Sports Medicine

Ahead of the curve.

That’s where UAB Head Football Coach Bill Clark wants the Blazer sports medicine program to be, and given the resources of one of the nations’ top medical programs, there is no reason why sports medicine shouldn’t be ‘blazing the trail’ for other programs to follow.

“One of the things we want is to be on the cutting edge of safety and prevention for athletes in our state and the sport of football,” Clark said. “That’s probably one of the biggest things we’ve got going for us here at UAB with all this great medicine. We want to be on the front edge of all those things.”

Exciting times are ahead in many ways for Clark and his UAB football program. Sports medicine is not only part of the excitement, but also holds a place as one of the six pillars that make up the foundation of Clark’s program. The other pillars are academics, recruiting, training, character education and coaching.

Sports medicine has many layers with each holding critical importance.

“When we all think of sports medicine, it’s usually fixing a knee or fixing a shoulder or something like that,” Clark said “But in today’s world, sports medicine encompasses the whole deal of taking care of the athlete. When you think about safety, you think about return to play the quickest, all those things go hand in hand with our training. You talk about the prevention side of it – from nutrition, how we lift, how we run. All those things make up our whole athlete.”

Head Football Athletic Trainer Daniel Springer is at the forefront of helping to execute the program’s sport medicine program. Springer, a Cincinnati native, came to UAB as a graduate assistant in 2010 and eventually worked his way up to his current position.  However, the progression toward his current role began a long time ago.

“My dad was a sideline reporter back home and I spent my early childhood on the sidelines,” Springer said. “That’s where I learned what an athletic trainer was. I saw these people running out on the field, helping people out, taping guys before games. That’s what got me into athletic training. I actually started in high school, working with the trainers. I starting working on my craft right away.”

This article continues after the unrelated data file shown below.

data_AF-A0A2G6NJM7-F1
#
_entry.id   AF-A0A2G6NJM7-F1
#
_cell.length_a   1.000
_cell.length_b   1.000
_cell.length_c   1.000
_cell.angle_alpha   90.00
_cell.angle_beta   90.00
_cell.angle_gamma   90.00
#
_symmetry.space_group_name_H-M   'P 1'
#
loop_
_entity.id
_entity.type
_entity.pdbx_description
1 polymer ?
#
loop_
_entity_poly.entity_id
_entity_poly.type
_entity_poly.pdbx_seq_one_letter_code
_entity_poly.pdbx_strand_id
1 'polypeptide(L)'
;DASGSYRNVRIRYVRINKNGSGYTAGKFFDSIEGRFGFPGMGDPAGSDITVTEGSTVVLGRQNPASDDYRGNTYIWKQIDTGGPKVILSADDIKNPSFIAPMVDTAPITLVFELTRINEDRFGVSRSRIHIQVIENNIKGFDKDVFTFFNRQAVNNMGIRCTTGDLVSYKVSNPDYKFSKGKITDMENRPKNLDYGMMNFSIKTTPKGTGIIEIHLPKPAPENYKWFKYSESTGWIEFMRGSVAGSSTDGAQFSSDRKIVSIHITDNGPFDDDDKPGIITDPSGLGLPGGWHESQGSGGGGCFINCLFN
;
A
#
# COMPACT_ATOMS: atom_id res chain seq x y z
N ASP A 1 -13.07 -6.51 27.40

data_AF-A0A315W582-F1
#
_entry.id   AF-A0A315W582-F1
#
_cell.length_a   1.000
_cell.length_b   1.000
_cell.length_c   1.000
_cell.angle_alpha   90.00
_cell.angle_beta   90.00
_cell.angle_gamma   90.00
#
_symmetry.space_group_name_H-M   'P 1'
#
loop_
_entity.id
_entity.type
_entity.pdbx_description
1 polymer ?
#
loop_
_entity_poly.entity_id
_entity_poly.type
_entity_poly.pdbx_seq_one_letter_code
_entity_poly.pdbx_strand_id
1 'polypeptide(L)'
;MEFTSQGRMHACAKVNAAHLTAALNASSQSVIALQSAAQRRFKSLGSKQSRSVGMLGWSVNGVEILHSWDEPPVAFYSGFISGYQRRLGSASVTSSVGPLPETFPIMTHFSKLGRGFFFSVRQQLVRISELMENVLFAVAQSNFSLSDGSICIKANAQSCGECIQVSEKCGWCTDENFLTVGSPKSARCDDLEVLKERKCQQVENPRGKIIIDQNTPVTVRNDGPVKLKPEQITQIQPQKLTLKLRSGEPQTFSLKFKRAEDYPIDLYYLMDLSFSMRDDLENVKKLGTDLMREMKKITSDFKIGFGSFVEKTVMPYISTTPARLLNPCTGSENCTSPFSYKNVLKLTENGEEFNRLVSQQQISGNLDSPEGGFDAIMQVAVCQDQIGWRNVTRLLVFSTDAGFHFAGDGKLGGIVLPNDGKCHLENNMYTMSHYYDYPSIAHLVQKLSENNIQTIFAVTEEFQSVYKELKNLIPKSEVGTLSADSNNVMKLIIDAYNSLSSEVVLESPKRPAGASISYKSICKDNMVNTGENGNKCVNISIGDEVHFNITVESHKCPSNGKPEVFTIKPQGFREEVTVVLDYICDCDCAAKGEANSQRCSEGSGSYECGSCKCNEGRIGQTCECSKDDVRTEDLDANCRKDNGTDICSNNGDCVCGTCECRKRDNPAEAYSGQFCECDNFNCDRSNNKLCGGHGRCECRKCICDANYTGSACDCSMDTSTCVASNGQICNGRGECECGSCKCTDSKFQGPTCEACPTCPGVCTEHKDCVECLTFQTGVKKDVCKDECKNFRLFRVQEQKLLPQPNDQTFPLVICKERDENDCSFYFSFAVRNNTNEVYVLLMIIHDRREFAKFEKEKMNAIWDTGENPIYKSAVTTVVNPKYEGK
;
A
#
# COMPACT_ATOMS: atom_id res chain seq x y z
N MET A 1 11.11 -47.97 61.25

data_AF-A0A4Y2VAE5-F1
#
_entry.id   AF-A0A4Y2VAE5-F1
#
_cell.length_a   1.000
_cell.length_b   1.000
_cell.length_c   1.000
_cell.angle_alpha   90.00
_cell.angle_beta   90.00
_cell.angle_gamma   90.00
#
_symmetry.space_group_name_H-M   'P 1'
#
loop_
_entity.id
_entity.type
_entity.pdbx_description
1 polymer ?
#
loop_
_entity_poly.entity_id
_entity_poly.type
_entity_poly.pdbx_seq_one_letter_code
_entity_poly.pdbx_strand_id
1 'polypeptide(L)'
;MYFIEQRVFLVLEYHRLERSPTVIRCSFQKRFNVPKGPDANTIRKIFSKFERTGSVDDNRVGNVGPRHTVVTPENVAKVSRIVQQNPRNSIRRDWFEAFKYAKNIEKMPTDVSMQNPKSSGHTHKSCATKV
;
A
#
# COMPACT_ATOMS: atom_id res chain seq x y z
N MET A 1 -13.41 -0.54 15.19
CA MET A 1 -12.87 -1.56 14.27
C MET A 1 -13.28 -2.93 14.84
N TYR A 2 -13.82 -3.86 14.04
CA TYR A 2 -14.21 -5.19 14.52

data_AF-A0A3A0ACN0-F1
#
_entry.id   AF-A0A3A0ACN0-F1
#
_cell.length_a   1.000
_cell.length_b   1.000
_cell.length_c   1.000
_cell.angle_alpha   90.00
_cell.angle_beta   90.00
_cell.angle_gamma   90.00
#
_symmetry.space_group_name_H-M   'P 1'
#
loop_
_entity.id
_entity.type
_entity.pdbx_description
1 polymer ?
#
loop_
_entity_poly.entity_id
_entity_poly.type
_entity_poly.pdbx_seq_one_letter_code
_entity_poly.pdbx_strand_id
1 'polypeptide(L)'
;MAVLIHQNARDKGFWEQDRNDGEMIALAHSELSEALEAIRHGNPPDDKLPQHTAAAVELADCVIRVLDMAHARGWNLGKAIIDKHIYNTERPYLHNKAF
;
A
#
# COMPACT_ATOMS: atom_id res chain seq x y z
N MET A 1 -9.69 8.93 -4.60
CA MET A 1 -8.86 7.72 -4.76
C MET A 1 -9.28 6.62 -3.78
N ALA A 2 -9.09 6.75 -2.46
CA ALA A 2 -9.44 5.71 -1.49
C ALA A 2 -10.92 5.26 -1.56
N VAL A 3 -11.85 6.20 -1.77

Now he’s in Birmingham helping the Blazers as they work toward the return to the football field next September. These days, much of his time is spent working with the players during practice and keeping them ready for those sessions. Soon, the focus will change toward an off-season routine.

“In and out of season are actually kind of similar from our standpoint,” Springer said. “A lot of times, we may have had guys with injuries they were nursing the previous season. We will work toward getting them back for spring ball into summer. The main thing that changes for us is what our responsibility is for a health care coverage standpoint. Are we covering a lift or are we covering a practice?”

It’s impossible to ignore the big things happening with the UAB football program. On the practice field, Clark and his coaching staff and Blazer players are working toward making the program better than ever. Glance to the North end of the practice field and you’ll see – and hear – construction on the Football Operations Center. The building, which will help take the program to another level, will include office space, meeting and film room, locker rooms and a weight room.

It will also include a top-of-the-line athletic training facility.

“Sports medicine is very much like medicine in general,” Springer said. “It is constantly evolving. There is constant research going on with the current trends and technology and methods. Technology is always changing. The physiology, the histology of injury doesn’t change. But how we treat them might change. What is the newest thing to get our athletes back on the field? That’s what we’re looking for.”

For example, the training room in the Football Operations Center is expected to include underwater and anti-gravity treadmills, which will allow injured student-athletes the opportunity to begin rehab sooner.

“Both of those take body weight off,” Springer said. “So, instead of waiting eight weeks for an athlete coming off knee surgery to start his walking or running progression, we get them started right away. Those are something we haven’t had in the past that will really benefit us going into the future.”

That’s just one step of many needed to keep the UAB sports medicine program on the cutting edge.


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